Saddleback Valley Trails
South Orange County California Genealogical Society

Vol 11 No. 2 Editor: Mary Jo McQueen February 2004

 P.O. Box 4513, Mission Viejo, CA. 92690

Monthly meetings are held on the third Saturday of each month from 10:00 a.m. to Noon at the Mission Viejo Family History Center Institute Building, 27978 Marguerite Parkway, Mission Viejo, between Medical Center Drive and Hillcrest Drive. Membership is open to anyone wishing to join. Yearly membership fees are $20 per calendar year for individuals, $25 for joint membership. SOCCGS is not affiliated with the LDS Family History Center.


Please find the renewal form on the last page of the newsletter.

Nancy Bier to speak on 19th Century American Poorhouse Records

There really was a Poorhouse! During the 19th Century many people from many different walks of life ended up in the ‘poorhouse’. Some for only a short time. This lecture will give you new insight on ways to research your ancestors, including children.

Ms. Bier has been a professional genealogist for over 15 years. She continues to research topics and records that are unusual and sometimes difficult to find. She annually takes researchers on site to Ireland and England as well as Scotland to do family history. Nancy is a respected lecturer and teacher of local history, traditions, and historical records that will help you to locate your ancestors.


March 20 - Joan Lowery, “Hamburg Passenger Lists and Other German Emigration Sources”
April 17 - Watch for future announcement.
May 15 - Dawn Thurston, “Write a Family History that Breathes Life into Lifeless Ancestors”
July 17 - Connie Moretti, “Learning to Love the Pre-1850 Censuses”
August 21 - Joan Rambo, “Getting the Most Out of Family History Centers”
September 18 - Watch for future announcement.
October 16 - Seminar
November 20 - Elaine Alexander, “How to Locate Naturalization Records”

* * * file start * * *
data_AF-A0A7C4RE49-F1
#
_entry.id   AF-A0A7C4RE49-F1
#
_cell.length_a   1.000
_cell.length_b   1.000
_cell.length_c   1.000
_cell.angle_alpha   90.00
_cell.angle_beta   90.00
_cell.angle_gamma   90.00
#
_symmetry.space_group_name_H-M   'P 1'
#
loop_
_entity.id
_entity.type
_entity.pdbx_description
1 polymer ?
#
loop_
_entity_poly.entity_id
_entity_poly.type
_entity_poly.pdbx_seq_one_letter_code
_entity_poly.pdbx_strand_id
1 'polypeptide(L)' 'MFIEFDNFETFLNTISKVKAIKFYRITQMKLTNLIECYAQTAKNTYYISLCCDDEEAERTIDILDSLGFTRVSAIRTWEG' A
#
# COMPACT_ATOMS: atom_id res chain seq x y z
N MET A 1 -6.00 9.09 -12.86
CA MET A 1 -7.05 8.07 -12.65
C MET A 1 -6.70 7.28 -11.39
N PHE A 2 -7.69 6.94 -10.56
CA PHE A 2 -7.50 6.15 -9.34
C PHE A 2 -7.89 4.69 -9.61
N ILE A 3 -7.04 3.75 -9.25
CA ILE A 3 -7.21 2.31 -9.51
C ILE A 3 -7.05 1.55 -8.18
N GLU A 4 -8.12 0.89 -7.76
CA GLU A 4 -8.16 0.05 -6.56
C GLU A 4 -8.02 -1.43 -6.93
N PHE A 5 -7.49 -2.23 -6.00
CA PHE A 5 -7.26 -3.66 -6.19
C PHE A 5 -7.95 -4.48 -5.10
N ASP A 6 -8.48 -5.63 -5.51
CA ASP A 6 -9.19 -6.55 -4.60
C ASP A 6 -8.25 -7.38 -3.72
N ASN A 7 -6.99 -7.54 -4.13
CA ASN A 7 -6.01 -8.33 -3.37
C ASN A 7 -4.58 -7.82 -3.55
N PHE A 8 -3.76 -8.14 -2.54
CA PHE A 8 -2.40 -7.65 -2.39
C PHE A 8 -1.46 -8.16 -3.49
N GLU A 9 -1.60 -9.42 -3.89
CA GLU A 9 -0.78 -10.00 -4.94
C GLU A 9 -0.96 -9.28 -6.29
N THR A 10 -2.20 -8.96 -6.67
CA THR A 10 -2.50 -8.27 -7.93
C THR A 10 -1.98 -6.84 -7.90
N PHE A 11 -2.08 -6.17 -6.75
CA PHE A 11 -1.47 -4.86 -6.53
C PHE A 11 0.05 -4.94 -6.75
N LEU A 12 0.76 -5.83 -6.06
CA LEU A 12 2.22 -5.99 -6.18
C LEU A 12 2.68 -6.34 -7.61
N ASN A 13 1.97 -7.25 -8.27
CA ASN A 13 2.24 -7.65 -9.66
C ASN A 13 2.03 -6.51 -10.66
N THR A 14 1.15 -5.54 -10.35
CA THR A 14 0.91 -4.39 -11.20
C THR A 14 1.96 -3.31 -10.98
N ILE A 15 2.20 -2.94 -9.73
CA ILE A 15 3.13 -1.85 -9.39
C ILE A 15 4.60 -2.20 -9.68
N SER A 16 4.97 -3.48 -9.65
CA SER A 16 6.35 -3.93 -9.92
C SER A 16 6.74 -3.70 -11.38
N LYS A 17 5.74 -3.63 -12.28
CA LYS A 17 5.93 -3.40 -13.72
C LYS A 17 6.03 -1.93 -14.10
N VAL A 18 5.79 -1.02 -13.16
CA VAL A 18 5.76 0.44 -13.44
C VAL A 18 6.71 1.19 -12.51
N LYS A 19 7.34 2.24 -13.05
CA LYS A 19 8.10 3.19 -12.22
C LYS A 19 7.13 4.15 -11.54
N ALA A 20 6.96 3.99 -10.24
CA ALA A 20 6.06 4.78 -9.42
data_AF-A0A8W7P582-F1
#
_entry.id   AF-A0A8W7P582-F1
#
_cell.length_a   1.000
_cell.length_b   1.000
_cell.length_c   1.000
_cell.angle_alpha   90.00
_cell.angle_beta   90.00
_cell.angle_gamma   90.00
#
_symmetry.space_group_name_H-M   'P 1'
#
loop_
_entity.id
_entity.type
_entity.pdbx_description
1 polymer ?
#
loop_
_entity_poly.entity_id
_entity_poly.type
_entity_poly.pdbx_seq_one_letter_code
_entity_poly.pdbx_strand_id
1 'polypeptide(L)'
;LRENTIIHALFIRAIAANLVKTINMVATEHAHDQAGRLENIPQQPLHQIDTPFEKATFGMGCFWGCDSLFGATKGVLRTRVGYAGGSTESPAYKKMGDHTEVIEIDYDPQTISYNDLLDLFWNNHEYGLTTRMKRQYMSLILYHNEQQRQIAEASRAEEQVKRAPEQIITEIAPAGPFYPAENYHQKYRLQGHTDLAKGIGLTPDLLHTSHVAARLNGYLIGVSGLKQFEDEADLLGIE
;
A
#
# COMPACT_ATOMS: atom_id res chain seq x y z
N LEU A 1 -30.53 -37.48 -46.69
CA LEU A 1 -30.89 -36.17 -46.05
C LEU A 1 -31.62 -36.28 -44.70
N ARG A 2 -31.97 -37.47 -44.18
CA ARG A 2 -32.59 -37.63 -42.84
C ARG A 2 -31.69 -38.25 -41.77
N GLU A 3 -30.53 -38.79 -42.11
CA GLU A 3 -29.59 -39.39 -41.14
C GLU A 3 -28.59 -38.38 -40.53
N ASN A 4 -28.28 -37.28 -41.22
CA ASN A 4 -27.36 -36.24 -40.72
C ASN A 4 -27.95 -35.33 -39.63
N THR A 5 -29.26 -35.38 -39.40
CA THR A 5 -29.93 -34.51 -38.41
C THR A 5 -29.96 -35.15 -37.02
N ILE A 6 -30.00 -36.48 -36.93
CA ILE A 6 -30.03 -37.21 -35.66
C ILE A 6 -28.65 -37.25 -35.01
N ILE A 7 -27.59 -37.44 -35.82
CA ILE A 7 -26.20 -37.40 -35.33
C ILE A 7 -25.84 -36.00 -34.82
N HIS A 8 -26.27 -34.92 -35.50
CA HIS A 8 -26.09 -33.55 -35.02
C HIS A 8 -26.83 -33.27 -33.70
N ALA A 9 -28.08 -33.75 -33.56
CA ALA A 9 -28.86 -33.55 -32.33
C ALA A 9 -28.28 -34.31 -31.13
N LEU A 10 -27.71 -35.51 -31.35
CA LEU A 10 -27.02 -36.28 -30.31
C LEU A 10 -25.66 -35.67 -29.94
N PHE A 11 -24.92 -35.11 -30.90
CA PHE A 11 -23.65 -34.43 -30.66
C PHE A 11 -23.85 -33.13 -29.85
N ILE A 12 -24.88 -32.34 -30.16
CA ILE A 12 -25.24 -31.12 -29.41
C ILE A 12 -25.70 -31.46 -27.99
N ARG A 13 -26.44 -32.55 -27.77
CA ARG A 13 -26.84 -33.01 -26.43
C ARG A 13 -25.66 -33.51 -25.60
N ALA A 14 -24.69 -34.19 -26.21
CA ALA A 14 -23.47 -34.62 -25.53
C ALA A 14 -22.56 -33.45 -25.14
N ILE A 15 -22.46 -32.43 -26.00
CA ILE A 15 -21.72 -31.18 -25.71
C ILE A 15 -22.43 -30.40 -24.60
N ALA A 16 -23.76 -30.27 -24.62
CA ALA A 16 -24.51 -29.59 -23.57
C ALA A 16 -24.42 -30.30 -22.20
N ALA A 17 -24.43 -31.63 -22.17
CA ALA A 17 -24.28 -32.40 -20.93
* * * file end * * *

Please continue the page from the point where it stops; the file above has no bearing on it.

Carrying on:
Two new members joined our group at the January meeting. Please welcome Donna Hobbs and George Nothhelfer, husband of Jo Ann Nothhelfer Donna is searching for Allen, Davis, Brents and Guffey in Kentucky and Rothery, Joughin and Tweddle in England. George is searching for Nothhelfer, Hicken and Stevens. Guests at the meeting were Thomas and Sally Hamilton and Janet Peters. We hope they will consider becoming members in the future.


Web Master Herb Abrams is preparing to put the SOCCGS Surname Listing on our web site. The plan is to list the email address of the person submitting the surname. This will allow a researcher to send an email directly to you to gain or give information. If you do not want your email address listed please contact Herb at <>. We will discuss this at the general meeting in February. The target date for finalizing the surname list is February 23.


On February 25 we will make a visit to the Huntington Beach Library. Cars will leave the LDS parking lot at 9:30 a.m. Plans are being made to research at the San Diego Genealogical Society Library in March. Be sure to read the March newsletter for confirmation on this trip.


We are purchasing books and cds. Please let us know if there is an item you would like to see added to our collection. Call Janet or Mary Jo. Members are encouraged to sign up as a regular or substitute docent. Hours can be tailored to fit your schedule. As little as one shift per week will help keep our library open for researchers.


On Sunday afternoon, April 25, SOCCGS will collaborate with the Mission Viejo Library in offering an online genealogy class to the public. The charge will be $5.00 per person. This fee will be split between SOCCGS and the library. Colleen Robledo, Assistant in the Library Tech Center, is putting together a series of instructional computer classes of which this is one. Herb Abrams and I will be assisting her with this class. More information will appear in the March newsletter.

(Truth or Imagination?)

Most people got married in June because they took their yearly bath in May and still smelled pretty good by June. However, they were starting to smell so brides carried a bouquet of flowers to hide the body odor. Hence the custom today of the bride carrying a bouquet.


Houses had thatched roofs - thick straw, piled high, with no wood underneath. It was the only place for animals to get warm, so all the dogs, cats and other small animals (mice,bugs) lived in the roof. When it rained it became slippery and sometimes the animals would slip and fall off the roof. Hence the saying “It’s raining cats and dogs.”


There was nothing to stop things from falling into the house. This posed a real problem in the bedroom where bugs and other droppings could really mess up a nice clean bed. Hence, a bed with big posts and a sheet hung over the top afforded some protection. That’s how canopy beds came into existence.